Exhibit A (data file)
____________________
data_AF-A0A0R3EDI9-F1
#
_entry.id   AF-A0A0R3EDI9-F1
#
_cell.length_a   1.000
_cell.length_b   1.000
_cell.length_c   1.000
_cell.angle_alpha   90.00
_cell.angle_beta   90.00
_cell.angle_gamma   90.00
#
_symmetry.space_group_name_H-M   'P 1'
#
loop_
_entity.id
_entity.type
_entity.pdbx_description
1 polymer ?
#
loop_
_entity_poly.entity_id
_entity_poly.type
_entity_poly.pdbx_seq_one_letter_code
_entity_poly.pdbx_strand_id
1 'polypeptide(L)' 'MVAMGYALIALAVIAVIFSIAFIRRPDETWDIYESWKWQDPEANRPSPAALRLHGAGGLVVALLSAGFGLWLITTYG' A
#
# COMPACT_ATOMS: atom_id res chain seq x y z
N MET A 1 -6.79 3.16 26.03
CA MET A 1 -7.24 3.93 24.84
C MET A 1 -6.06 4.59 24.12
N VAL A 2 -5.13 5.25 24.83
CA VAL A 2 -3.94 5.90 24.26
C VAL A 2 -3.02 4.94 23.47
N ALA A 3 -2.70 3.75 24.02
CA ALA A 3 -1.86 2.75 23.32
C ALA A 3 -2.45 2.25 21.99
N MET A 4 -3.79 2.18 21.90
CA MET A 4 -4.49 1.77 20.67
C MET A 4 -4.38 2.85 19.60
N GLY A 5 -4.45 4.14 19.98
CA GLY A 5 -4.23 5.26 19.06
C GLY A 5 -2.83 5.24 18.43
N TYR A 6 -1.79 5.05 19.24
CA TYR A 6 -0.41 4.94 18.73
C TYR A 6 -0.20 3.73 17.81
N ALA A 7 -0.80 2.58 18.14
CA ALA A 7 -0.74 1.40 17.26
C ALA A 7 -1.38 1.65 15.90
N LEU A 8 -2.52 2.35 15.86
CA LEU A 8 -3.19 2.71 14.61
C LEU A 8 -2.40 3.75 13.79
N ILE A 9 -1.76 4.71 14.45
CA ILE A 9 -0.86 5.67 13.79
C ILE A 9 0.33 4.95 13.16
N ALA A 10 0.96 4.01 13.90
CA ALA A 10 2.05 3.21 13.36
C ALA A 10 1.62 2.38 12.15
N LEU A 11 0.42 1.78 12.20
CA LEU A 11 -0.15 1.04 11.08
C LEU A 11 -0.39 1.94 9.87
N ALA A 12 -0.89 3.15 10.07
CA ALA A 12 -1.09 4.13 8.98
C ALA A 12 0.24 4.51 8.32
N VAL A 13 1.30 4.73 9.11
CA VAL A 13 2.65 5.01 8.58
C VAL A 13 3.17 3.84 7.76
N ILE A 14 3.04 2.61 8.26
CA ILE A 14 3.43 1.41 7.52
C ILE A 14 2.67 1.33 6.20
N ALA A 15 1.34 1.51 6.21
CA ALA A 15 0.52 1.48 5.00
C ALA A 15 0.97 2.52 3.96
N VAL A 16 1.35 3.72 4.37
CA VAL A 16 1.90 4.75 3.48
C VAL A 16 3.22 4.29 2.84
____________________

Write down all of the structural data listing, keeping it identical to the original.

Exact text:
data_AF-A0A0R3EDI9-F1
#
_entry.id   AF-A0A0R3EDI9-F1
#
_cell.length_a   1.000
_cell.length_b   1.000
_cell.length_c   1.000
_cell.angle_alpha   90.00
_cell.angle_beta   90.00
_cell.angle_gamma   90.00
#
_symmetry.space_group_name_H-M   'P 1'
#
loop_
_entity.id
_entity.type
_entity.pdbx_description
1 polymer ?
#
loop_
_entity_poly.entity_id
_entity_poly.type
_entity_poly.pdbx_seq_one_letter_code
_entity_poly.pdbx_strand_id
1 'polypeptide(L)' 'MVAMGYALIALAVIAVIFSIAFIRRPDETWDIYESWKWQDPEANRPSPAALRLHGAGGLVVALLSAGFGLWLITTYG' A
#
# COMPACT_ATOMS: atom_id res chain seq x y z
N MET A 1 -6.79 3.16 26.03
CA MET A 1 -7.24 3.93 24.84
C MET A 1 -6.06 4.59 24.12
N VAL A 2 -5.13 5.25 24.83
CA VAL A 2 -3.94 5.90 24.26
C VAL A 2 -3.02 4.94 23.47
N ALA A 3 -2.70 3.75 24.02
CA ALA A 3 -1.86 2.75 23.32
C ALA A 3 -2.45 2.25 21.99
N MET A 4 -3.79 2.18 21.90
CA MET A 4 -4.49 1.77 20.67
C MET A 4 -4.38 2.85 19.60
N GLY A 5 -4.45 4.14 19.98
CA GLY A 5 -4.23 5.26 19.06
C GLY A 5 -2.83 5.24 18.43
N TYR A 6 -1.79 5.05 19.24
CA TYR A 6 -0.41 4.94 18.73
C TYR A 6 -0.20 3.73 17.81
N ALA A 7 -0.80 2.58 18.14
CA ALA A 7 -0.74 1.40 17.26
C ALA A 7 -1.38 1.65 15.90
N LEU A 8 -2.52 2.35 15.86
CA LEU A 8 -3.19 2.71 14.61
C LEU A 8 -2.40 3.75 13.79
N ILE A 9 -1.76 4.71 14.45
CA ILE A 9 -0.86 5.67 13.79
C ILE A 9 0.33 4.95 13.16
N ALA A 10 0.96 4.01 13.90
CA ALA A 10 2.05 3.21 13.36
C ALA A 10 1.62 2.38 12.15
N LEU A 11 0.42 1.78 12.20
CA LEU A 11 -0.15 1.04 11.08
C LEU A 11 -0.39 1.94 9.87
N ALA A 12 -0.89 3.15 10.07
CA ALA A 12 -1.09 4.13 8.98
C ALA A 12 0.24 4.51 8.32
N VAL A 13 1.30 4.73 9.11
CA VAL A 13 2.65 5.01 8.58
C VAL A 13 3.17 3.84 7.76
N ILE A 14 3.04 2.61 8.26
CA ILE A 14 3.43 1.41 7.52
C ILE A 14 2.67 1.33 6.20
N ALA A 15 1.34 1.51 6.21
CA ALA A 15 0.52 1.48 5.00
C ALA A 15 0.97 2.52 3.96
N VAL A 16 1.35 3.72 4.37
CA VAL A 16 1.90 4.75 3.48
C VAL A 16 3.22 4.29 2.84